When Onkyo launches a new top-of the-range receiver, you have got to take note. Not only is the brand famed for being the first out with new features, new innovations and new widgets, they are often launched on products at price points well below the competition.
The TX-NR5007 is the company's new flagship receiver; it's got loads of new toys and it's close to half the price of range-topping amps and receivers from the likes of Denon, Pioneer and Yamaha. It's business as usual from Onkyo and we love it.
What isn't usual in the TX-NR5007 is the sound. Gone is Onkyo's house sound that errs on the side of all-action hero with a side-order of bad-ass-bass. No bad thing if all you want to achieve is a home cinema adrenaline ride, of course, and in terms of bang for your buck, Onkyo has been scooping all the Oscars for a while.
But the TX-NR5007 is different. It's a grown-up receiver with neutral balance and spacious presentation, offering a wonderful sense of scale and precision with every movie. From Pixar fairytales to cult classics, this is Onkyo's best all-round performer to date – and that's before you come to its festival of features.
Top of that list is nine channels of amplification. Not only is this easily configurable as a powered multiroom system (eg 5.1 + 2 zones of stereo), it also allows bi-amping or bridging of main channels for better audio performance – and still has enough juice for a powered stereo zone.
However, the real magic of all those power channels is revealed when mated to the Onkyo's excellent Dolby Pro-Logic IIz and Audyssey DSX processing, as this AVR allows full 7.1 plus equal power for height or width channels. In fact, you can even set it up as 5.1 with both height AND width channels – something which I have done and can heartily recommend.
Of course, you lose the rear back channels, and sadly Onkyo has missed a trick on the TX-NR5007 by not offering full 7.1 plus height and width channels (ie 11.1). This could have been achieved with a line level pre-output for a small stereo power amp for those last two channels. One up for Denon's competing AVR 4810, which does just that.
Thankfully, the NR5007 is not just about the number of channels, it's about the number of bits as well – all 32 of them. Its main processing engine is a trio of TI Aureus 32bit DSP chipsets and there is a whole suite of Burr-Brown 196kHz/32bit DACs to turn the post-processed data streams for each channel into precision analogue sound.
The highest of high-tech continues on the video side, with Silicon Optix's Reon-VX engine and the excellent ISF (Imaging Science Foundation) video calibration for every input source.
In terms of processing, Onkyo has all the Dolby and DTS marques covered including Dolby Volume. It also sports the full Audyssey gamut with MultEQ auto set-up and room EQ, DSX, Dynamic Volume and Audyssey Dynamic EQ. The latter is a system for correcting the room EQ relative to the overall volume and the dynamic range of the material in real time. It gives me a headache just thinking about how complex the processing for that must be.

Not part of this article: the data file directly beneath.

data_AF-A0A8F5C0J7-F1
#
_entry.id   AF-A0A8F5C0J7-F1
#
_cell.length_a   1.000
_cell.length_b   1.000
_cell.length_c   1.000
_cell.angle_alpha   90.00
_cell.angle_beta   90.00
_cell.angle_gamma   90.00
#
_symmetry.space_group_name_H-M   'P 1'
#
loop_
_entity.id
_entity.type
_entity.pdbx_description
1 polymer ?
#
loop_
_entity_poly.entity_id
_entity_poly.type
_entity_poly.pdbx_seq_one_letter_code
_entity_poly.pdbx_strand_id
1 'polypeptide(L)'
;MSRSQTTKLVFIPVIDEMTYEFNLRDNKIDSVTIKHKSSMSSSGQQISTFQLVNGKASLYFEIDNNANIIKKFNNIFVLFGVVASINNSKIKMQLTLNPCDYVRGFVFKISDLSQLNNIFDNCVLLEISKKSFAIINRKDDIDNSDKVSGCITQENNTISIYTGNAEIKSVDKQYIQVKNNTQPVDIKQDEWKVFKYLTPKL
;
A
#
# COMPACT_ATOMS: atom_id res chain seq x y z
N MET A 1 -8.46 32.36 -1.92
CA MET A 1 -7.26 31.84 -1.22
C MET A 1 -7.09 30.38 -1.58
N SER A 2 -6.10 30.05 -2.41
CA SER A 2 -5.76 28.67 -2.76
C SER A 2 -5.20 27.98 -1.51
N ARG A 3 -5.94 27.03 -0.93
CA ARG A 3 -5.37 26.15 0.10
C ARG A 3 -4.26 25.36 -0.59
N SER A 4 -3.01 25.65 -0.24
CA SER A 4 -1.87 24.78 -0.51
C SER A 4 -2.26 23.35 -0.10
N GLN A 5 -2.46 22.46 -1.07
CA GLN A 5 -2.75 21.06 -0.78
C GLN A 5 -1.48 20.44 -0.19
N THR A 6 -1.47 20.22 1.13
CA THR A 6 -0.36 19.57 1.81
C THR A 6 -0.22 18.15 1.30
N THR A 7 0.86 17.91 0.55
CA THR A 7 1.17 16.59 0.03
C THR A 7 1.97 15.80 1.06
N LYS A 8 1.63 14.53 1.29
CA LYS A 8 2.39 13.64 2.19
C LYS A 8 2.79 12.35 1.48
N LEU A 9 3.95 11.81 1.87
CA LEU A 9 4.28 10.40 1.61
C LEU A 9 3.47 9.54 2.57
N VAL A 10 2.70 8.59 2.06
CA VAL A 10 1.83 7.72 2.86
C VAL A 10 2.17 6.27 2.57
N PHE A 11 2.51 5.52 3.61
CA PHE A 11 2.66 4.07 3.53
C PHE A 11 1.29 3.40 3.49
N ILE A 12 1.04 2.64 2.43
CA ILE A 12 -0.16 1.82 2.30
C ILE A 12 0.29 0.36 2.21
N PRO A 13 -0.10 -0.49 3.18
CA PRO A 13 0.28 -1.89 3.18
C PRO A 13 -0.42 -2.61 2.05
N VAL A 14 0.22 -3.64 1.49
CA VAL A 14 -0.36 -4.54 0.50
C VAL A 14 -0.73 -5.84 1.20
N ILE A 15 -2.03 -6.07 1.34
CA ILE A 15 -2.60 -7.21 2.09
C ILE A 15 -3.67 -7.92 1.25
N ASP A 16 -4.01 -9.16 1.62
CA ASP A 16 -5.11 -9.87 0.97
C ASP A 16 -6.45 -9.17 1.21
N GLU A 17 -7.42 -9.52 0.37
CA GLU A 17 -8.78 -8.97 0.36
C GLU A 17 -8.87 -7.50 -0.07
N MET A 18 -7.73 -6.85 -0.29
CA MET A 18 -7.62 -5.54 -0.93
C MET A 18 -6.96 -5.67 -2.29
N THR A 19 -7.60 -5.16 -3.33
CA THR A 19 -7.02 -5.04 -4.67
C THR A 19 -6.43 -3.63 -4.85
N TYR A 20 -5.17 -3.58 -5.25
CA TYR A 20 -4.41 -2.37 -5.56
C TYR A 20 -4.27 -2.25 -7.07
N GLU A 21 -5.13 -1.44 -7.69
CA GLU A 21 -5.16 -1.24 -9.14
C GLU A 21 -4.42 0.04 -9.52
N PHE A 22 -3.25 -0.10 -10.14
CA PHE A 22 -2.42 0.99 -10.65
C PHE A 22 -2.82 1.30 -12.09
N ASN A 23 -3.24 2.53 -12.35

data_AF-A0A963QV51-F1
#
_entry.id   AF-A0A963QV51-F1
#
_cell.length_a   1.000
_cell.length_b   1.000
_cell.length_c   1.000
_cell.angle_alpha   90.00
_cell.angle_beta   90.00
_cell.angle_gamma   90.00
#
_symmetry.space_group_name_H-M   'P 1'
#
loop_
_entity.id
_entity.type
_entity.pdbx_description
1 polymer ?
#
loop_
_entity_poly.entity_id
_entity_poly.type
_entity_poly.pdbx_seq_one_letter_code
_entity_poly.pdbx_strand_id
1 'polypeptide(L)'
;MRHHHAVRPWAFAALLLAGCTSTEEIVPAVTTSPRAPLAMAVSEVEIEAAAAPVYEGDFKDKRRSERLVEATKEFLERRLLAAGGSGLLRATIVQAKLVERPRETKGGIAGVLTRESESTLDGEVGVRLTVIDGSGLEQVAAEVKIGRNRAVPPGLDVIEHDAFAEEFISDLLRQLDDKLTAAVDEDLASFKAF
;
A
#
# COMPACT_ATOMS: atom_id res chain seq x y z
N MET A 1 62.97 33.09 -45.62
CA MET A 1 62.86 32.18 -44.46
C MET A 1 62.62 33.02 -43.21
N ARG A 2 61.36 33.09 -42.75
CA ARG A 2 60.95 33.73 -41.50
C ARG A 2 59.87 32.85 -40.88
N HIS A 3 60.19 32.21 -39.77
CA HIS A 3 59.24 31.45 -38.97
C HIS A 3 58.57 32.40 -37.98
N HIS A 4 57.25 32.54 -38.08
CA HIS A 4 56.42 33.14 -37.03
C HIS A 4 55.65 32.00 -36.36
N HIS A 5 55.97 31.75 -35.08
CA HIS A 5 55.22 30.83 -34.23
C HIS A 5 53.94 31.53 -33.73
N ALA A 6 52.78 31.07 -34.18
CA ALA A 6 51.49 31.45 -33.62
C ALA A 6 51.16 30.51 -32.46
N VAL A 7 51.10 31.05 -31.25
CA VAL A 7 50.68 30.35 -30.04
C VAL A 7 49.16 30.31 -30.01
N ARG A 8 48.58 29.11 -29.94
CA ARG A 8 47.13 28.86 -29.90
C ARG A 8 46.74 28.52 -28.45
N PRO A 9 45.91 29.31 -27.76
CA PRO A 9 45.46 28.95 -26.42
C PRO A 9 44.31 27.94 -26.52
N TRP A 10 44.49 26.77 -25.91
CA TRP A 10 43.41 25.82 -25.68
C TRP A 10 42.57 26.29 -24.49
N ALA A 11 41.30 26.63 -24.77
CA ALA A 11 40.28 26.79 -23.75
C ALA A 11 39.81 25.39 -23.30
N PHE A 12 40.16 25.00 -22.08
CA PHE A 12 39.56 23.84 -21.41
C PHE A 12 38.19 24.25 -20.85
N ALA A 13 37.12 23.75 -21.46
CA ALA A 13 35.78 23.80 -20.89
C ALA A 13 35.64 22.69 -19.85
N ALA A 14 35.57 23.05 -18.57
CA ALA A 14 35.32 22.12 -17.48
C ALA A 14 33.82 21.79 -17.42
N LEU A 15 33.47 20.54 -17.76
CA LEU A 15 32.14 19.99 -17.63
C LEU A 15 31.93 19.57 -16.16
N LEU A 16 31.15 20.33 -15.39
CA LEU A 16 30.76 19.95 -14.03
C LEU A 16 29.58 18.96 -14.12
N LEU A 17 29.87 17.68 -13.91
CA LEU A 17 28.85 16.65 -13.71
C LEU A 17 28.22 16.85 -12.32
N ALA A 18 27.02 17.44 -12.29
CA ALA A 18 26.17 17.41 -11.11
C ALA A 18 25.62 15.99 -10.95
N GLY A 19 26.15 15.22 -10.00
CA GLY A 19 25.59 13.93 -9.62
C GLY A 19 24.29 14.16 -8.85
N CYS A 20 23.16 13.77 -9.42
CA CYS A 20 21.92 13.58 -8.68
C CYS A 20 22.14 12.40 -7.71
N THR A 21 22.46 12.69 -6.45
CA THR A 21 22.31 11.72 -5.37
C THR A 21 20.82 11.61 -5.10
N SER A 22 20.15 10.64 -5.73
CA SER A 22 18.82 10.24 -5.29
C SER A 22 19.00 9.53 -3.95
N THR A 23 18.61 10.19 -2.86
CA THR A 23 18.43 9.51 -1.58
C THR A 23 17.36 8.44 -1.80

What won't give you a headache is the wonderful GUI, and intuitive ease of use, day-in and day-out. Onkyo has absolutely nailed the TX-NR5007's interface. It's bold, bright, informative, logical and, best of all, offers excellent text descriptions for every feature, function and setting. It's hands down the best GUI on any flagship receiver to date and pretty much consigns its own Yellow Pages-sized instructional manual to the recycling bin.
Phasers on stun
With the new Star Trek Blu-ray yet again called into action (if you don't own this yet, put the mag down and go and buy it), I put the Onkyo through its paces, and found that from the outset, this is a receiver that is supremely surefooted and blessed with a remarkably even balance.
The bass is deep and potent without being overbearing; the mid-range is wide open and richly detailed and the top-end is smooth and sophisticated. This is the sort of balance that will thrill without offending, no matter what the volume, so it seemed only right to give it a handful.
As Kirk (senior) steers his ship into an inevitable head-on collision in the opening sequence, the Onkyo lights up the room with a huge, immersive festival of sound and effects. Opting for 7.1 plus DLP IIz Height, the soundstage reaches intergalactic proportions and the sheer visceral impact will put a smile on any action movie fan's face. That is a true Onkyo character, but what separates the manly TX-NR5007 from the boys lower down the company's range is the subtlety and uncanny level of detailing.
Dialogue is so very natural with no forced sibilance or boom, and small ambient effects like the sheer scale of the hangers is rendered in the audio equivalent of 3D. Whack up the volume as planet Vulcan crumbles and you're rewarded with a sweeping increase in scale and dynamics. Explosions have real edgy impact and the falling rubble as the temple collapses is so believable my dog abandoned the sofa and hid in the bathroom.